GREENFIELD — Peter MacMurray’s lifelong love of bikes started at an early age.
“I have been drawn to bikes since I used to be about 4 years previous,” he mentioned Sunday, the ultimate day of a nationwide vintage motorbike and swap meet hosted by the Yankee Chapter of the Vintage Motorbike Membership of America right here on the Franklin County Fairgrounds .
So did Dr. Seuss put Horton on a motorbike? Did the Cookie Monster have a motorbike on Sesame Avenue. Or Elmo, possibly? No, significantly better than that for a 4 yr previous.
“My dad and mom bought a babysitter for me and he drove up on a Harley-Davidson,” he mentioned.
Did the babysitter give him a journey? “No,” MacMurray mentioned, “a lot to my chagrin.”
The Holliston resident now owns 20 or 22 bikes and he rides all of them. “I have been using for about 55 years,” he mentioned.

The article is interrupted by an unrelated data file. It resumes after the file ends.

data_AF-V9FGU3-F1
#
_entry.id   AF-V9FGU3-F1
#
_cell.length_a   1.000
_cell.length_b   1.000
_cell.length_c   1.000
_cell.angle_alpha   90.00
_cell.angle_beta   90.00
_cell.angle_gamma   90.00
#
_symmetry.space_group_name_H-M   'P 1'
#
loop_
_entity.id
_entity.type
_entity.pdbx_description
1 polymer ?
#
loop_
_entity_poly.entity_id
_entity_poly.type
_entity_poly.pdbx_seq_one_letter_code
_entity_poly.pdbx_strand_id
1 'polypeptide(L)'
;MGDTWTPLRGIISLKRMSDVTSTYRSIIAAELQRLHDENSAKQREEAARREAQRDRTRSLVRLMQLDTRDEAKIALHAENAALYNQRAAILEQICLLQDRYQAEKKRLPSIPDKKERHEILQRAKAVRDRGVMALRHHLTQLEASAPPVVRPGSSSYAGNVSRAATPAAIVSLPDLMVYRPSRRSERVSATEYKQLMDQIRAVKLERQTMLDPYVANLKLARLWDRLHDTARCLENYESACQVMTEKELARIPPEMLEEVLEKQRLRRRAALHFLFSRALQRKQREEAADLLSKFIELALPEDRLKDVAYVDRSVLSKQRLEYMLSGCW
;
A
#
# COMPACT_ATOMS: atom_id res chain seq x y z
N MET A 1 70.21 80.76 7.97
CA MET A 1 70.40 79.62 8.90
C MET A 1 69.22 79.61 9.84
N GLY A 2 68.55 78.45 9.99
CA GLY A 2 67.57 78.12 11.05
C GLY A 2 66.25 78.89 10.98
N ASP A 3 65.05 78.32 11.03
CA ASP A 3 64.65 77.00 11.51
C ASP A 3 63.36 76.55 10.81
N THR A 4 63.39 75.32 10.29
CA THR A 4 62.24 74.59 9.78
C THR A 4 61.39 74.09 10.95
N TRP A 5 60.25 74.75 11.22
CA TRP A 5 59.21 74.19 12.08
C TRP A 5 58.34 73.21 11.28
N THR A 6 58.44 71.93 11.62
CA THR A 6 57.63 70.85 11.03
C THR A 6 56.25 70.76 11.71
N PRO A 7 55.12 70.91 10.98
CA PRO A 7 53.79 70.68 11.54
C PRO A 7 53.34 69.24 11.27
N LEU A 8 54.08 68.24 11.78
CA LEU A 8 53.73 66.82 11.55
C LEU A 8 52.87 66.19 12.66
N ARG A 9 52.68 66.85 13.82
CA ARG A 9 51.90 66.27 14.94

MacMurray was considered one of dozens of vintage motorcyclist house owners and restorers on the Yankee Chapter’s occasion, the primary time it has been held in Greenfield.
In response to Ken Herschfield of the Yankee Chapter, about 2,000 individuals attended the meet and swap. There are about 90 chapters within the nation. He mentioned the Yankee Chapter is the biggest with about 250 to 280 members. The chapter’s motto, “Trip ’em. Do not conceal ’em.”
The nationwide meet included judging throughout which bikes had been judged for “trueness of originality.” All makes and fashions 35 years and older are included. The oldest bike there on Sunday was a 1913 unrestored Motosacoche.
In different phrases, not a lot as a nut or bolt is new on this motorbike, owned by George and Laura Kyller.
Even the restored bikes are held to strict tips, in response to Herschfield, who mentioned the motorbike should be “replicated as shut as potential to what it regarded like when it got here out the manufacturing facility door.”
The Yankee Chapter will have fun its fiftieth anniversary subsequent yr by internet hosting a nationwide street run. For extra data on the chapter, go to yankeechapter.org